Bisection in neurologically intact people isn’t perfect, either. People like you and me will show “pseudoneglect” in line bisection tasks — we’ll bisect to the left of the center of the line, rather than rightward as with the patients. McCourt and Garlinghouse (2000, Cortex full .pdf available here) show this effect and so do Bjoertomt, Cowey and Walsh (2002, full .pdf here). Critically, though, pseudoneglect is also sensitive to the position in space in which the bisection is to occur. Pseudoneglect is more prominent in peripersonal space than in extrapersonal space.
So my suggestion is to engender the rubber arm illusion in normal participants in a two-stage process; first, for a few moments with a normal sized arm, then for a few minutes with an arm twice as long. Why not go for the gusto!
There are ways to assure the effect is felt, by using the original Botvinick and Cohen questionnaire. We can also measure the illusion somewhat more directly (as B & C did and others have since them) by looking at proprioceptive drift. In general, the position of the hand that is projected onto the rubber arm is mislocated in the direction of the rubber arm rather reliably. In this experiment, proprioceptive drift should be seen not horizontally but along the length axis of the arm.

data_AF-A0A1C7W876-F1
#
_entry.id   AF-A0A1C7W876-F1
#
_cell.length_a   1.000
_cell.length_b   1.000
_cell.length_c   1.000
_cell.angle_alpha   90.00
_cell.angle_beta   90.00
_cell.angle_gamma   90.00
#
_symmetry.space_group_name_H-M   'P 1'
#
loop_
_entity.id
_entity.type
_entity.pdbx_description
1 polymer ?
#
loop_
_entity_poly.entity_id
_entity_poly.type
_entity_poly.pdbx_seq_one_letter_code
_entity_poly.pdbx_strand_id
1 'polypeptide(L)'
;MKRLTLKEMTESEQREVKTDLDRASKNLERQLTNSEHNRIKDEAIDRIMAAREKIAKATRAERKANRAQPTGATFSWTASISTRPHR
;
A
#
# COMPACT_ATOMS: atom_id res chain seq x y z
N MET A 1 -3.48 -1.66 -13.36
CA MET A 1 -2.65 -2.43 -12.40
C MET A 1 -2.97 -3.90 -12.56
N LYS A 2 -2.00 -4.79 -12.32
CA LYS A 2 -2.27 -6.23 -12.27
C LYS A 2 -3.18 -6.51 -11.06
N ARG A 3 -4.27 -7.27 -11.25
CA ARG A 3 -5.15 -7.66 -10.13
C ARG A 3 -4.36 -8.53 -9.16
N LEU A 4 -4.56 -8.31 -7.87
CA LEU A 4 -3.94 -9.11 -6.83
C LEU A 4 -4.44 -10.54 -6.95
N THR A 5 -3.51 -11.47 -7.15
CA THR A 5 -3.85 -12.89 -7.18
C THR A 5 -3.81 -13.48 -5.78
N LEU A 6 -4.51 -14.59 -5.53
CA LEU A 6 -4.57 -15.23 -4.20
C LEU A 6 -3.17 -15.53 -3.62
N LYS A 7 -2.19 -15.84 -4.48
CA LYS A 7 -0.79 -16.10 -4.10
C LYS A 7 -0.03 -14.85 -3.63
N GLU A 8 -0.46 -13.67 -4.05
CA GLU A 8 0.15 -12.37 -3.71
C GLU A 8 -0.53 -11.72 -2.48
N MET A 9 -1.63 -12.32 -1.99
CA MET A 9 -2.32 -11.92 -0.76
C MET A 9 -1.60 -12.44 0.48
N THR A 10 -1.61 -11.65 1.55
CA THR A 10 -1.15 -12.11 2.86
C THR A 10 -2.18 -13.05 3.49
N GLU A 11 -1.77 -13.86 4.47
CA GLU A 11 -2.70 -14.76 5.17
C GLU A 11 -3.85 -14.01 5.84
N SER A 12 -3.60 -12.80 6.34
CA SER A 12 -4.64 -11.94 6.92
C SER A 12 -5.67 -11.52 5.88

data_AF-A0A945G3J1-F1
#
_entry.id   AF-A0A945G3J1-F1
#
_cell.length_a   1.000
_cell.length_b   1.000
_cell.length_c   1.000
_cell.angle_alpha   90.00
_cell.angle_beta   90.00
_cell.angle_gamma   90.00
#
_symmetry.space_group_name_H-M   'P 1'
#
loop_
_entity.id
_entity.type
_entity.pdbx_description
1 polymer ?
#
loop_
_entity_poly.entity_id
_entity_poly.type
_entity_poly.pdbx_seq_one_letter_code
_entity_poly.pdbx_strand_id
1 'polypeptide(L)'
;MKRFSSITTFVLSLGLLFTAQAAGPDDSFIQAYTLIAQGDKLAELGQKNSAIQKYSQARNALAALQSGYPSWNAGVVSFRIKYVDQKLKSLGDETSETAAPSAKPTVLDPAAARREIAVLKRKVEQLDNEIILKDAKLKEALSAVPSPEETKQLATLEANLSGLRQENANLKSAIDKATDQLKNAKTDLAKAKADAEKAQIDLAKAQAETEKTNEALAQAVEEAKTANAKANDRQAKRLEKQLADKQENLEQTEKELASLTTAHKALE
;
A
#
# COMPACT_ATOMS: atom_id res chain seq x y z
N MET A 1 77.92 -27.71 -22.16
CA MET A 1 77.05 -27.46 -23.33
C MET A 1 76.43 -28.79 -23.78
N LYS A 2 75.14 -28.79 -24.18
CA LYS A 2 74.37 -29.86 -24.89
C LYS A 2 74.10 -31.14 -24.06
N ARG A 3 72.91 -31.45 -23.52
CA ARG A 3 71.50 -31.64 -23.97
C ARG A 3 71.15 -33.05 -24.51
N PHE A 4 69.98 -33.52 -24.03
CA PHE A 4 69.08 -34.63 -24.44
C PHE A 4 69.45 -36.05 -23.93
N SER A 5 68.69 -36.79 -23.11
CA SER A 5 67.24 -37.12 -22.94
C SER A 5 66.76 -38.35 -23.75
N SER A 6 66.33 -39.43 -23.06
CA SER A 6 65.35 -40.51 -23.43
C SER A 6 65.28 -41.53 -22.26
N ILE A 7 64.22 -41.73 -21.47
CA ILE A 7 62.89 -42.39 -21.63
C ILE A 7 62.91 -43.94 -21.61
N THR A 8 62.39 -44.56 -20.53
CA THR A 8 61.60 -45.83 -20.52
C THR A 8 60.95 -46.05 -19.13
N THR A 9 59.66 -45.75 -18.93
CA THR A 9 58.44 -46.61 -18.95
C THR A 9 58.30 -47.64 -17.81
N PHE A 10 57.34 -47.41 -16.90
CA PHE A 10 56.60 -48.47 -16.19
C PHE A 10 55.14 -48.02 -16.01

So, if one can engender the feeling that an arm is very long, you’ve then changed the boundary between peripersonal and extrapersonal space. Now immediately use the “elongated” arm in line bisection tasks. Where (within the same subject, most powerfully) you once showed pseudoneglect disappearing as the participant performed the task in extrapersonal space, now the pseudoneglect should reappear!
By the same logic, one could foreshorten arm length as well with the rubber hand illusion, so that former peripersonal space could become extrapersonal space, again measureable by shifting line bisection performance.
Some body distortions such as limb foreshortening happen in patients experiencing autoscopy or out-of-body experiences (OBEs), and guess where the locus of the effect is? Right you are, inferior parietal cortices, generally speaking. See all the great work of Olaf Blanke for confirmation.
In summary, this set of experimental predictions is one more attempt, among many out there at the moment, to characterize the way the self is embodied. Researchers have learned a great deal about the mechanisms by which the nervous system codes interactions of vision and touch, and under what circumstances the visual system can override touch. This proposed experiment is along the latter line of investigation, and I’m trying to provide a benchmark by which we might see “how far is too far” in the brain’s elaboration of the body in space.
by a guy who has filled his site with, ahem, interesting animations…